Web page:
De novo mutation in a gene, ATP1A3, causes the disease for two thirds of all AHC patients. This is the case for Sunna Valdis Sigurdardóttir who is the only one diagnosed with the disease here in Iceland. AHC stands for Alternating Hemiplegia of Childhood. Ever since the disease was recognized forty years ago it´s cause has been a mystery.
„This is the biggest news since the recognision of the disease“ says Sigurður Hólmar Jóhannesson, Air Traffic Controller. He and his wife, Ragnheiður Erla Hjaltadóttir a Flight Attendant for Icelandair, told their story in Fréttatiminn in May when they reveiled that they were expecting big news regarding AHC.
Last week there was a publication on the gene discovery in the science journal National Genetics and The Lancet. Scientists are optimistic that they will have a cure for the disease within the next 15 years if funding allows. Only 600-800 diagnosed patients have AHC in the whole world.
Sigurður says that although they now know which gene causes the disease for Sunna there are mixed feelings knowing it is the ATP1A3 since most of the individuals with this gene mutation develop a severe form of epilepsy that they fear. This form of epilepsy causes much trauma and can be terminal. Also knowing that it can take 15 years to find a cure is a lot to digest when each month can count.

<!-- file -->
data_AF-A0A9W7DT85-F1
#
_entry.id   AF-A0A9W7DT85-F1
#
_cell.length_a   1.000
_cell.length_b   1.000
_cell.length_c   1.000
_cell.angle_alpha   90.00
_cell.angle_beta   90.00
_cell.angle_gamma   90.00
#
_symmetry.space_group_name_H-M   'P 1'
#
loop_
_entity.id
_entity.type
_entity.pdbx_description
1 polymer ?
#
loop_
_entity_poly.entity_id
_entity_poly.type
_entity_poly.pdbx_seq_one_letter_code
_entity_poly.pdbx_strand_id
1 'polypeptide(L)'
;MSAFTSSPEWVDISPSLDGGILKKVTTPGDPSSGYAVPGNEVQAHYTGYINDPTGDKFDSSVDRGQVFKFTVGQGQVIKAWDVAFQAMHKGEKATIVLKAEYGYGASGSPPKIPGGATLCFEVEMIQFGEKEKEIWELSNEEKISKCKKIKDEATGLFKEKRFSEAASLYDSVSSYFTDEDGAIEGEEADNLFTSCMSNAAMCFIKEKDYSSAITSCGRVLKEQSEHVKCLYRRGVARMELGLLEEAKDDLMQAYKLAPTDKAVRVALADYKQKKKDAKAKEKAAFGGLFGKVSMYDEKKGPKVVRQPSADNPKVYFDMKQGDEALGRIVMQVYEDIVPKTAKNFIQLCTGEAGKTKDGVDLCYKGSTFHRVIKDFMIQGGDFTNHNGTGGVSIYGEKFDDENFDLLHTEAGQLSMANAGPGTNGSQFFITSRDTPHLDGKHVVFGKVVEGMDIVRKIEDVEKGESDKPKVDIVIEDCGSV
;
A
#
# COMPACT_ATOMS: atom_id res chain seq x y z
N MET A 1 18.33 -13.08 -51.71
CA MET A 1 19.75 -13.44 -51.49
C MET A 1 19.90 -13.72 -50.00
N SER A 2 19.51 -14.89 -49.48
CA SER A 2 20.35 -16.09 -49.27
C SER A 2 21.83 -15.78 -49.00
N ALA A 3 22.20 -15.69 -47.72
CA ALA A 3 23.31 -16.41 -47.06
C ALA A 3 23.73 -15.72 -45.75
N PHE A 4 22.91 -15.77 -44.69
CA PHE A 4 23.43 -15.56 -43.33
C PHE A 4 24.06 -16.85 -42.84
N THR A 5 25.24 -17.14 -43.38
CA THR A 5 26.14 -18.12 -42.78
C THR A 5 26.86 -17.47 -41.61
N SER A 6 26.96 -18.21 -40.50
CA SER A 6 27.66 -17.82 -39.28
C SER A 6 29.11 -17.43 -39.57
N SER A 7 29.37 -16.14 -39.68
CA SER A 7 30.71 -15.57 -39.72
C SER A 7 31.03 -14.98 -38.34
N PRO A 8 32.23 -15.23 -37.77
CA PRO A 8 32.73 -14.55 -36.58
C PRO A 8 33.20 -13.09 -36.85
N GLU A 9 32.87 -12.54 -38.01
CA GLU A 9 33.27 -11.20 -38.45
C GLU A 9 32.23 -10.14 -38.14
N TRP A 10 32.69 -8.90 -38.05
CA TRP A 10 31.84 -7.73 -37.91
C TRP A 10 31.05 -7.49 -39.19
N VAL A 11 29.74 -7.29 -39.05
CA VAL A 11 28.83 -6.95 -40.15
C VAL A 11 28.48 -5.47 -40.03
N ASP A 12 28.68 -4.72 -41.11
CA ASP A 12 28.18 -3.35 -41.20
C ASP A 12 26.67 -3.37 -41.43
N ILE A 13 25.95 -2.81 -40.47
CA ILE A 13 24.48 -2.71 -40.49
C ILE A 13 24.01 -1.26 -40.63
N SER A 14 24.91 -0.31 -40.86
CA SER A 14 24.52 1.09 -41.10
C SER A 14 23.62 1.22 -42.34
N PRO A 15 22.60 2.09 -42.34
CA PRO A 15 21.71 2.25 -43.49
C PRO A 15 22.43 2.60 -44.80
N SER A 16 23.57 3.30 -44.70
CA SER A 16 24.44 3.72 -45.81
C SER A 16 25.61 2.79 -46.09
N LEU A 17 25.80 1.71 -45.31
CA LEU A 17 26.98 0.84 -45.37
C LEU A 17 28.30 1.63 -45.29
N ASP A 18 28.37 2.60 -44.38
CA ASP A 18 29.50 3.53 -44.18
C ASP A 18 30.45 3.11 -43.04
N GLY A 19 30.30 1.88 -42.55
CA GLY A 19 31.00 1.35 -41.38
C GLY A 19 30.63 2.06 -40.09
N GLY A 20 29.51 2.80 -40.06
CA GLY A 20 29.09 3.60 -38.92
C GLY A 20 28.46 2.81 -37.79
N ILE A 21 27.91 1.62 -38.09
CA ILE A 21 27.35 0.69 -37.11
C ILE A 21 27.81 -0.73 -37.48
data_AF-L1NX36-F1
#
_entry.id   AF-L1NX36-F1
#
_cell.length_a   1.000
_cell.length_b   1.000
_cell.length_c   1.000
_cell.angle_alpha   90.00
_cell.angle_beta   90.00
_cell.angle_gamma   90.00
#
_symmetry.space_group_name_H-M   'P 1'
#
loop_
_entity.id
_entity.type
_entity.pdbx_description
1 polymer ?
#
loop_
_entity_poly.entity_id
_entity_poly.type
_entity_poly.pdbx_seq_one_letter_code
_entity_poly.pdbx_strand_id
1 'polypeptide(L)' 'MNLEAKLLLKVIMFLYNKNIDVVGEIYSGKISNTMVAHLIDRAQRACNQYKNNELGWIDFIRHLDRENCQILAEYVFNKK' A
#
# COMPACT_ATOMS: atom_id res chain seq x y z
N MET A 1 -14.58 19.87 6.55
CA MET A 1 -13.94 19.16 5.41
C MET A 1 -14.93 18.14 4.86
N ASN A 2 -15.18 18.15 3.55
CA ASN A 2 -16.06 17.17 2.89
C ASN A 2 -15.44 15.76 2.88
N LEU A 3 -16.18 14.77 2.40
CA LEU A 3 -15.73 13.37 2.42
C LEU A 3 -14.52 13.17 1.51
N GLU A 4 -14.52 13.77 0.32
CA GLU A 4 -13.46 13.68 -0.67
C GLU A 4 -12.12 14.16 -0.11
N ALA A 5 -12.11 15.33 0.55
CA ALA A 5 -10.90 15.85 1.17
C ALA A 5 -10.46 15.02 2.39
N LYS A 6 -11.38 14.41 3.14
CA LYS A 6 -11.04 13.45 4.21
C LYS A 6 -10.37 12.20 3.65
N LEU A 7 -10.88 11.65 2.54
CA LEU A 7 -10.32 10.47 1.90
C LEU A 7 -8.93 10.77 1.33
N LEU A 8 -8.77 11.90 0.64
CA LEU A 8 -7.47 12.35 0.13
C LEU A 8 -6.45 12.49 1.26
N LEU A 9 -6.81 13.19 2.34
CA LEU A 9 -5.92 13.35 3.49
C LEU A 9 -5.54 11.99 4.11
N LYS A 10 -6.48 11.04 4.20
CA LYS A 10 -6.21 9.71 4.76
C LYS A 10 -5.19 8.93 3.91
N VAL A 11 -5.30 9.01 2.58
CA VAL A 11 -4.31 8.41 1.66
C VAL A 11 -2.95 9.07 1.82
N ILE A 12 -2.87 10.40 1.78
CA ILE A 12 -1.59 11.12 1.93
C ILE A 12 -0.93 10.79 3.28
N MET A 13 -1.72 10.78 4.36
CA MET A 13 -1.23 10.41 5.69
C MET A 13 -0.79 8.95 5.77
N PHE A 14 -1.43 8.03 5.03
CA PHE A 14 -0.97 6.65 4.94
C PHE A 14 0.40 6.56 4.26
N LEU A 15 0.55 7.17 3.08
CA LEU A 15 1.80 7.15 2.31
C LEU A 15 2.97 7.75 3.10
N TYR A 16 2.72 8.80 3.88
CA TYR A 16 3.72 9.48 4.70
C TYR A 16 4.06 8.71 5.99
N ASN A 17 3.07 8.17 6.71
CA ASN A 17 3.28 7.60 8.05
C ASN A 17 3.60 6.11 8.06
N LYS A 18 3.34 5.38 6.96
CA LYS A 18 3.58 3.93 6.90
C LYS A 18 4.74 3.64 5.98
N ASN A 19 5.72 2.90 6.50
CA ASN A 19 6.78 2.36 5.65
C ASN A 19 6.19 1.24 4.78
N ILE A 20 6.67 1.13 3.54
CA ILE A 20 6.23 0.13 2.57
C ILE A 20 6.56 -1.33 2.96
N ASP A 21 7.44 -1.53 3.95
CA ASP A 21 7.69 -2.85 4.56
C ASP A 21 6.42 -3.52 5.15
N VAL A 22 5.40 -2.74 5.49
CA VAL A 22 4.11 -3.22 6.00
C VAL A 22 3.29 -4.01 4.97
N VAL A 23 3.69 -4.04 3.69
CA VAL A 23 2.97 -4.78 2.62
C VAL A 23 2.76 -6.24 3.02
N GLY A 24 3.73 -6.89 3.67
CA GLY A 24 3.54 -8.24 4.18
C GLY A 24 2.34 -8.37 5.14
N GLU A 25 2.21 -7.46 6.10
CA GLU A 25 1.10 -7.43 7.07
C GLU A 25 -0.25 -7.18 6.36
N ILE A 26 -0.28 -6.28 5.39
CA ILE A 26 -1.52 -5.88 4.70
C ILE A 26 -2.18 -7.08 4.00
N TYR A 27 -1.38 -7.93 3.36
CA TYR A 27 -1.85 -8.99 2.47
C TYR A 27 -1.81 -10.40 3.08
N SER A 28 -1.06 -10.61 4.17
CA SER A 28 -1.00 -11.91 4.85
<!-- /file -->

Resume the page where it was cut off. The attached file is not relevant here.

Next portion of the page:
„If we can find a drug that is already on the market and can counter affect the mutation then we can perhaps have a cure within 5 years and that would be the dream solution“ he says. „But if we need to develop a new drug specifically for AHC then the process can take up to 15 years from present until the drug is marketable. The cost of developing a new drug could be 100 million usd and that would be insurmountable.“
Sunna is six years old. She was born on February 9th 2006. She learned to walk fifteen month old and can go around on her own two feet but is unstable at times and has low muscle tone. Her mental development is that of a 2-3 year old and her speech that of a 1-2 year old. She can poorly tolerate bright lights, anxiety, stress, noice, being tired and crowds of people. All these elements and more can make her have an episode.
Sigurður says that Sunna´s well-being since the interview in May has been reasonable. She is having 2 episodes on averidge each week and at best she had 15 days without epsides this summer.
It was a team of scientists from the University of Duke that found the mutation with the support of ENRAH, AHC Foundation of USA, AHC association of Italy, Ireland, the Netherlands and France.
Gunnhildur Arna Gunnarsdottir
Translated by Sigurður H. Jóhannesson